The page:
Care for Men in Private Homes
The problem of caring for many of
the convalescent influenza patients is
finding a satisfactory solution through
the knidness and generosity of many
Ann Arbor women. With the opening
of the Rocky Mountain clubhouse on
South Fifth avenue, under the direc-
tion of Mrs. J. E. Beal and Mrs. Ro-
(Continued on Page Four)


F01has done during the past several
FOI years.
As a feature of the series this year,

a goodly portion of each program
will be given over to community sing-
ing, under the direction of Theodore
Harrison. College and patriotic se-
lections will be given a prominent
On account of the quarantine, the
first number in the series, which was
announced for Thursday evening, wili
be postponed. A complete list of the
dates will be given out shortly.
(By the Associated Press)
Basel, Switzerland, Oct. 20. - The
answer of Germany to President Wil-
son's note probably will be published
Sunday afternoon.
Washington, Oct. 20.--On the eve,
apparently, of the coming of another
peace note from Germany, President
Wilson has rejected the plea of Aus-
tria-Hungary for an armistice tnd
peace negotiations and, in doing so,
has made clearer the conditions which
the Central powers must meet to end
the war.
In a note written yesterday, and
made public soon after it was well on
the way to Vienna today, the Presi-
dent says there can be no talk of
peace with the Austro-Hungarian
government except upon the basis of
complete liberty for the Czecho-Slo-
vaks, and other subject nationalities,
as three members of the family of
This declaration may be far reach-
ing in its effect upon Austria-Hungary
where long enslaved people, apparent-
ly, are nearly ready to sweep away
the hated dual monarchy and the de-
tsted Hapsburg dynasty.
Though not mentioned by name, the
Poles, Rumanians and other distinct
races held under Austrian domina-
tion, come within the protection of
the principle of self-determination laid
down by the United States and the
State Department Hears Nothing
Beyond press dispatches from Swit-
zerland, saying that the new German
note would be dispatched tonight, the
state department had no intimation
whatever of the time or the nature of
the German response to the Presi-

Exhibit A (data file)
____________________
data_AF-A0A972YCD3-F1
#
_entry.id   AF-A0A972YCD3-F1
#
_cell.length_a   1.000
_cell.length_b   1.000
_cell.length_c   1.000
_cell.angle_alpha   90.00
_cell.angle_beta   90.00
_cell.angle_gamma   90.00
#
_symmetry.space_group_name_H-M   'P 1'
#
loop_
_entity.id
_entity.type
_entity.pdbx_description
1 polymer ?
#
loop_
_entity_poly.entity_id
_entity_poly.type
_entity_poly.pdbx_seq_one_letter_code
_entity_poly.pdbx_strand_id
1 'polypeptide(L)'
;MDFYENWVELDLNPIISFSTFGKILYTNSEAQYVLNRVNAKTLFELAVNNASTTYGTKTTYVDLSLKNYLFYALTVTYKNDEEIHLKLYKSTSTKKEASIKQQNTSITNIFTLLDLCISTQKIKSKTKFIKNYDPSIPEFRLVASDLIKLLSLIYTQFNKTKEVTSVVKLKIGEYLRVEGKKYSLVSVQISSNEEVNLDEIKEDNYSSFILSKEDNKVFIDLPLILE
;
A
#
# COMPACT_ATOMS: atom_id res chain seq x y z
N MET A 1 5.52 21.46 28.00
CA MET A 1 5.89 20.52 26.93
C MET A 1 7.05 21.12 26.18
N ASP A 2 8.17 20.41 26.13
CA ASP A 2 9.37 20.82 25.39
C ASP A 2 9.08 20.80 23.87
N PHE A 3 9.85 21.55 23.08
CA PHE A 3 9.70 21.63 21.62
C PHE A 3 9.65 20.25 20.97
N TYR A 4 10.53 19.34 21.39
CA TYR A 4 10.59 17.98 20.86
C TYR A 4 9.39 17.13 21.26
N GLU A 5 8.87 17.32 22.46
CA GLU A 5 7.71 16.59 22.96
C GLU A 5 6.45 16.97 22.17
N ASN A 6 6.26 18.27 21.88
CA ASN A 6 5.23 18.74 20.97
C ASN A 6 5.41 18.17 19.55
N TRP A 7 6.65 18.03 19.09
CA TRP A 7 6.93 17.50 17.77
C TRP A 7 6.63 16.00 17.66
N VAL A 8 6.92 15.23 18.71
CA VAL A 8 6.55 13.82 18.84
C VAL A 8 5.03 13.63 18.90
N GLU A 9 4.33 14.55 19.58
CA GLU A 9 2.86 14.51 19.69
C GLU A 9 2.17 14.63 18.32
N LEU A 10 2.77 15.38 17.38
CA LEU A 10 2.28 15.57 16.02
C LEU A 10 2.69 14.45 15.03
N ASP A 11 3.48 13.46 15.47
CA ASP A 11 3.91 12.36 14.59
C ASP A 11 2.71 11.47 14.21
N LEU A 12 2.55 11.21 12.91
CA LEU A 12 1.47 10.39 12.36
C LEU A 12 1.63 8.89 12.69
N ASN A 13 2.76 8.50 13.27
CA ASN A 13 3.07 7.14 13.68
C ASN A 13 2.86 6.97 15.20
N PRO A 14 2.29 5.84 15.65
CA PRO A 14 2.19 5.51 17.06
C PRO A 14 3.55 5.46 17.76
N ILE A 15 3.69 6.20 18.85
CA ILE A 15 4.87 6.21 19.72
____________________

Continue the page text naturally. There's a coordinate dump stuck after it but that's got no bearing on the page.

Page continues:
dent. Officials heard without com-
ment of the report that Germany
would accept President Wilson's con-
ditions "generally" with an exception
that submarine warfare must con-
tinue to the end of the war. About
the state department this was re-
garded as an indication that the Ber-
lin government, without conceding the
surrender that it has been told must
precede an armistice, would seek to
continue diplomatic discussions in the
hope of eventually weakening the po-
sition of her enemies and winning the
earnestly needed negotiated peace.
It was reiterated that only a com-
plete acceptance will satisfy the
United States and the Allies, and that
an effort by the Germans to evade the
issue probably would cause the pres-
ident to promptly refuse to continue
the correspondence.
Turn Newberry Hall Into Infirmary
Orders and a request were received
yesterday to turn Newberry hall into

an infirmary for the S. A. T. C. It had
been planned to open the hall yester-
dey afternoon, but the order changed
all plans and carpenters are putting
it in shape for its future occupants.
It is likely that men just out of the
hospital will be allowed a copule of
weeks rest there before being placed
on the active duty list, and light duty
men will probably take over some of
the lighter orderly work.

Foreign trade will be one of the
fundamental considerations to comet
up on the peace table in the opinon
of Professor H. C. Adams of the Eco-
nomics department. He calls atten-
tion to the fact that at the bottom of
all great armed controversies be-
tween nations is this subject of
trade. The war for American inde-
pendence was brought on by Eng-
land's rigid mercantile policy. Thet
war of 1812 was precipitaed be-t
cause of trouble between Englandt
and America on the high seas. Russia!
fought to get an outlet to the sea, so as
to facilitate trade, and Constantinople
has ever been a bone of contention
for those nations wanting sea ports.
He believes it is evident that this war
must attempt to settle once for all
this elusive and ever erupting sub-
ject of international trade. It will1
not only be a readjustment but a new
arrangement along many lines, and
this important question is occupying
the attention of economists eevry-
"It is commonly recognized that the
course of foreign trade has been great-
ly deranged 'by the war," states Pro-
fessor H. C. Adams of the political
economy department, "and that one
of the most difficult adjustments aft-
er the return of peace will be that of
foreign trade. Especially will this
be true in the case of trade between
first-class industrial nations on the
one hand, like England or Germany,
and nations like China or the colo-
nies of Africa, on the other. It is
this feature of foreign trade that
calls for especial attention, and it Is
altogether likely that the nations of
the world wil be "obliged to provide